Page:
WASHINGTON — An exhaustive review of more than 600,000 Iraqi documents that were captured after the 2003 U.S. invasion has found no evidence that Saddam Hussein's regime had any operational links with Osama bin Laden's al Qaida terrorist network.
The Pentagon-sponsored study, scheduled for release later this week, did confirm that Saddam's regime provided some support to other terrorist groups, particularly in the Middle East, U.S. officials told McClatchy. However, his security services were directed primarily against Iraqi exiles, Shiite Muslims, Kurds and others he considered enemies of his regime.
The new study of the Iraqi regime's archives found no documents indicating a "direct operational link" between Hussein's Iraq and al Qaida before the invasion, according to a U.S. official familiar with the report.
He and others spoke to McClatchy on condition of anonymity because the study isn't due to be shared with Congress and released before Wednesday.
President Bush and his aides used Saddam's alleged relationship with al Qaida, along with Iraq's supposed weapons of mass destruction, as arguments for invading Iraq after the September 11, 2001, terrorist attacks.
Then-Defense Secretary Donald H. Rumsfeld claimed in September 2002 that the United States had "bulletproof" evidence of cooperation between the radical Islamist terror group and Saddam's secular dictatorship.
Then-Secretary of State Colin Powell cited multiple linkages between Saddam and al Qaida in a watershed February 2003 speech to the United Nations Security Council to build international support for the invasion. Almost every one of the examples Powell cited turned out to be based on bogus or misinterpreted intelligence.
As recently as last July, Bush tried to tie al Qaida to the ongoing violence in Iraq. "The same people that attacked us on September the 11th is a crowd that is now bombing people, killing innocent men, women and children, many of whom are Muslims," he said.
The new study, entitled "Saddam and Terrorism: Emerging Insights from Captured Iraqi Documents", was essentially completed last year and has been undergoing what one U.S. intelligence official described as a "painful" declassification review.
It was produced by a federally-funded think tank, the Institute for Defense Analyses, under contract to the Norfolk, Va.-based U.S. Joint Forces Command.
Spokesmen for the Joint Forces Command declined to comment until the report is released. One of the report's authors, Kevin Woods, also declined to comment.
The issue of al Qaida in Iraq already has played a role in the 2008 presidential campaign.
Sen. John McCain, the presumptive GOP nominee, mocked Sen. Barack Obama, D-Ill, recently for saying that he'd keep some U.S. troops in Iraq if al Qaida established a base there.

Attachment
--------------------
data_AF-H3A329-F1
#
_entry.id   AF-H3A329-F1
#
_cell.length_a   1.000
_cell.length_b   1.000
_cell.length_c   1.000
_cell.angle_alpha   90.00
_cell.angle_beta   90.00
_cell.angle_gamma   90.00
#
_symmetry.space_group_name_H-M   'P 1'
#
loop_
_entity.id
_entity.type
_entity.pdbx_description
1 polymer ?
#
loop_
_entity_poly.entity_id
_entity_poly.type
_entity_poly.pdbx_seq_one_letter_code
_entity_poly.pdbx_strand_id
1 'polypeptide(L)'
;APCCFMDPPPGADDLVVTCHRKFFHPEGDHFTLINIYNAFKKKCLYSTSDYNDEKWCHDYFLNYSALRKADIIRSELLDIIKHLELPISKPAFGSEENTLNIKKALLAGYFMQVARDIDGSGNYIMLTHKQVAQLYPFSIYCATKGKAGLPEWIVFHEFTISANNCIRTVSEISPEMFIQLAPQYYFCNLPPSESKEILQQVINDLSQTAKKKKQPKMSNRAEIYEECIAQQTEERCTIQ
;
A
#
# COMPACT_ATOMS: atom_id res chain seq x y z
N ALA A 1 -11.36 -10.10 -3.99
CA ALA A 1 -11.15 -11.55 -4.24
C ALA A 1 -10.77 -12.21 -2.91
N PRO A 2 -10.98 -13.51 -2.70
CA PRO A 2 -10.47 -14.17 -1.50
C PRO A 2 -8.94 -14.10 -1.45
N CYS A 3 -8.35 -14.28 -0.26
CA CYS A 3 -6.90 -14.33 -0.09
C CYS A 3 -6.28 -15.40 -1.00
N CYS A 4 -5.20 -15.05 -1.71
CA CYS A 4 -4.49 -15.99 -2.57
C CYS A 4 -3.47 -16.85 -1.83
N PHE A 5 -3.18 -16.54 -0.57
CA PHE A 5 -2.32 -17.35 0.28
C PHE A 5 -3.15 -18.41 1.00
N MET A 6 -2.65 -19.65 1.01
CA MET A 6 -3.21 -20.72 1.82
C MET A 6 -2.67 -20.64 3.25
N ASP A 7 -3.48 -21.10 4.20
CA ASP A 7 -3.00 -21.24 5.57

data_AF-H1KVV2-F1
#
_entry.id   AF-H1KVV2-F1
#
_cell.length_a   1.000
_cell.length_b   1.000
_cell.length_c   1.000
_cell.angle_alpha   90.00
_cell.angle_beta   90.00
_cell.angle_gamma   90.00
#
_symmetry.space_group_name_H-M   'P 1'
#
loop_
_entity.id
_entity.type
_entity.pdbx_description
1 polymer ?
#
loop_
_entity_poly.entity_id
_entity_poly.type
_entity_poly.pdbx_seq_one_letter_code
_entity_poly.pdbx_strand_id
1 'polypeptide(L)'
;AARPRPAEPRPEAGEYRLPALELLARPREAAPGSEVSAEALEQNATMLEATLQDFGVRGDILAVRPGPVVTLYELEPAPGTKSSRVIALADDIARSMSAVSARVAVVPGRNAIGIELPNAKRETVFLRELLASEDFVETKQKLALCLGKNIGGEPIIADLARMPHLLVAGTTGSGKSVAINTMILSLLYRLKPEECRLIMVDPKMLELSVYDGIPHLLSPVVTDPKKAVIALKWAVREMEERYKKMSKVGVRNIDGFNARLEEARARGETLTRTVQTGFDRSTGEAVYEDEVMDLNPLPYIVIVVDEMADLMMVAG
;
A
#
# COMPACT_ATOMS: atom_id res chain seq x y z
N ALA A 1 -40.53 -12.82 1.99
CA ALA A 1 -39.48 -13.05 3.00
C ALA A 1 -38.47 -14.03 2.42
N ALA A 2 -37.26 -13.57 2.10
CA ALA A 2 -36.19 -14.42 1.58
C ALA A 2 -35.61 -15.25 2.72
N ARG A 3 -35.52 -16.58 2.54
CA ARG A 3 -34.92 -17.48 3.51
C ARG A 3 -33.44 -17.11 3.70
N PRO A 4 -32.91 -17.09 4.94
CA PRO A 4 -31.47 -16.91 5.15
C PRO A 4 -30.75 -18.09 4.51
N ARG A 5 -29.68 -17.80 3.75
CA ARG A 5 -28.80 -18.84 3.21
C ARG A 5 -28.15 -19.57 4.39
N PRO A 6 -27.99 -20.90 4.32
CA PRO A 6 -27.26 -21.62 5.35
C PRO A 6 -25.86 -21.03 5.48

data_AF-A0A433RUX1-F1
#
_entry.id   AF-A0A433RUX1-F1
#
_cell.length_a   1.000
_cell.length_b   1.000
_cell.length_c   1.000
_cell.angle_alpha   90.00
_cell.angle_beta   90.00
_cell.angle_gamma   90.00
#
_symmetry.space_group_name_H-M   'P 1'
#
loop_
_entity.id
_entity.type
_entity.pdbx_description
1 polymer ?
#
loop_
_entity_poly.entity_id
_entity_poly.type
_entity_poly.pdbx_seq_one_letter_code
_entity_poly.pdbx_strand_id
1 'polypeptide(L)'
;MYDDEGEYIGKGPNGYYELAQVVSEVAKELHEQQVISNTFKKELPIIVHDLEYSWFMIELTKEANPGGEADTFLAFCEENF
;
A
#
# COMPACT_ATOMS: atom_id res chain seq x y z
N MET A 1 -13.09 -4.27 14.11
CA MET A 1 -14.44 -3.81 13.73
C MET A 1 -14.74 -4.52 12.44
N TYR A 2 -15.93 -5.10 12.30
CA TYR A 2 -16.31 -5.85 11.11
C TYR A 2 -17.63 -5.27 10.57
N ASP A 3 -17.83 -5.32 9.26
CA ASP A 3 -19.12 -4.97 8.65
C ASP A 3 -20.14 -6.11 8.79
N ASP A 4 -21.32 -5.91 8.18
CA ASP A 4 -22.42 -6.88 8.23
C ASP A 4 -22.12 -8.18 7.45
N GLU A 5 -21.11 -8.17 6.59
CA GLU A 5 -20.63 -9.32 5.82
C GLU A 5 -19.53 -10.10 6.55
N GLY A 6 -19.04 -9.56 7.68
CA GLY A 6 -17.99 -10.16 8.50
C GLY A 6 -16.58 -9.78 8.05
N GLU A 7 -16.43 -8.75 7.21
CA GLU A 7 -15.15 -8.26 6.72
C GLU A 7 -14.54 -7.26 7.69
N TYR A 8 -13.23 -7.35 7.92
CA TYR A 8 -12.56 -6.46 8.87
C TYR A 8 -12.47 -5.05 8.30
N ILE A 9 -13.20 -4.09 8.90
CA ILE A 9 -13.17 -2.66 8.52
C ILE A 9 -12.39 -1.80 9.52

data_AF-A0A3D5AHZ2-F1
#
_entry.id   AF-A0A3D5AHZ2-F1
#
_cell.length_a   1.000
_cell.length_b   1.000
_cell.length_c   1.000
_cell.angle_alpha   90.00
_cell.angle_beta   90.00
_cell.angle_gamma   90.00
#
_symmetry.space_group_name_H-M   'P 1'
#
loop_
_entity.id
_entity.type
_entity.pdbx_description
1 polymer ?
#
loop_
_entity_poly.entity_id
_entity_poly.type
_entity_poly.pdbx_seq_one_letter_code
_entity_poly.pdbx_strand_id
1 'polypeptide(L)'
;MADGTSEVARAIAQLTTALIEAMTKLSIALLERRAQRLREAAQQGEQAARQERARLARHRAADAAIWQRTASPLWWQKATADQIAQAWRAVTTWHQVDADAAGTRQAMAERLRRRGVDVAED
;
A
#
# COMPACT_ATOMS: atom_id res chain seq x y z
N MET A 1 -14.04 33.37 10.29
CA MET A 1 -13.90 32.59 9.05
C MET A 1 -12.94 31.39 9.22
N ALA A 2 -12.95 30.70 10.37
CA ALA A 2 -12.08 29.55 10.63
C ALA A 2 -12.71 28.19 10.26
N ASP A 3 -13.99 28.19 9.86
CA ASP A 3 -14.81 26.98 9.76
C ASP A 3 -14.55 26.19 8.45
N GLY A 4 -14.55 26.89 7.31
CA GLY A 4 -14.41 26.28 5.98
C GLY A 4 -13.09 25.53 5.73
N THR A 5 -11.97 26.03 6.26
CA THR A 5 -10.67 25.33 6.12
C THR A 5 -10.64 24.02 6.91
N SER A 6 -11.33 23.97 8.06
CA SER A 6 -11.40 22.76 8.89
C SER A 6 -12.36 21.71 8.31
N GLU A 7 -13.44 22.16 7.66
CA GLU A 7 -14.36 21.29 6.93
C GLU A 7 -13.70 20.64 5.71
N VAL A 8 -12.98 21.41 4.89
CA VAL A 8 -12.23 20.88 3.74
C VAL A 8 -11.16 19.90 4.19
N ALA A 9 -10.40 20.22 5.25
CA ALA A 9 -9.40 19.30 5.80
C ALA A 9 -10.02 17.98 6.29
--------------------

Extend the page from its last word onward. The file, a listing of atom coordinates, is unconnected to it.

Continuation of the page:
"I have some news. Al Qaida is in Iraq," McCain told supporters. Obama retorted that, "There was no such thing as al Qaida in Iraq until George Bush and John McCain decided to invade." (In fact, al Qaida in Iraq didn't emerge until 2004, a year after the invasion.)
The new study appears destined to be used by both critics and supporters of Bush's decision to invade Iraq to advance their own familiar arguments.
While the documents reveal no Saddam-al Qaida links, they do show that Saddam and his underlings were willing to use terrorism against enemies of the regime and had ties to regional and global terrorist groups, the officials said.
However, the U.S. intelligence official, who's read the full report, played down the prospect of any major new revelations, saying, "I don't think there's any surprises there."
Saddam, whose regime was relentlessly secular, was wary of Islamic extremist groups such as al Qaida, although like many other Arab leaders, he gave some financial support to Palestinian groups that sponsored terrorism against Israel.
According to the State Department's annual report on global terrorism for 2002 — the last before the Iraq invasion — Saddam supported the militant Islamic group Hamas in Gaza, Palestinian Islamic Jihad and the Popular Front for the Liberation of Palestine-General Command, a radical, Syrian-based terrorist group.
Saddam also hosted Palestinian terrorist Abu Nidal, although the Abu Nidal Organization was more active when he lived in Libya and he was murdered in Baghdad in August 2002, possibly on Saddam's orders.
An earlier study based on the captured Iraqi documents, released by the Joint Forces Command in March 2006, found that a militia Saddam formed after the 1991 Persian Gulf war, the Fedayeen Saddam, planned assassinations and bombings against his enemies. Those included Iraqi exiles and opponents in Iraq's Kurdish and Shiite communities.
Other documents indicate that the Fedayeen Saddam opened paramilitary training camps that, starting in 1998, hosted "Arab volunteers" from outside of Iraq. What happened to the non-Iraqi volunteers is unknown, however, according to the earlier study.
The new Pentagon study isn't the first to refute earlier administration contentions about Saddam and al Qaida.
A September 2006 report by the Senate Intelligence Committee concluded that Saddam was "distrustful of al Qaida and viewed Islamic extremists as a threat to his regime, refusing all requests from al Qaida to provide material or operational support."
The Senate report, citing an FBI debriefing of a senior Iraqi spy, Faruq Hijazi, said that Saddam turned down a request for assistance by bin Laden which he made at a 1995 meeting in Sudan with an Iraqi operative.
ON THE WEB
Earlier report from the Iraqi Perspectives Project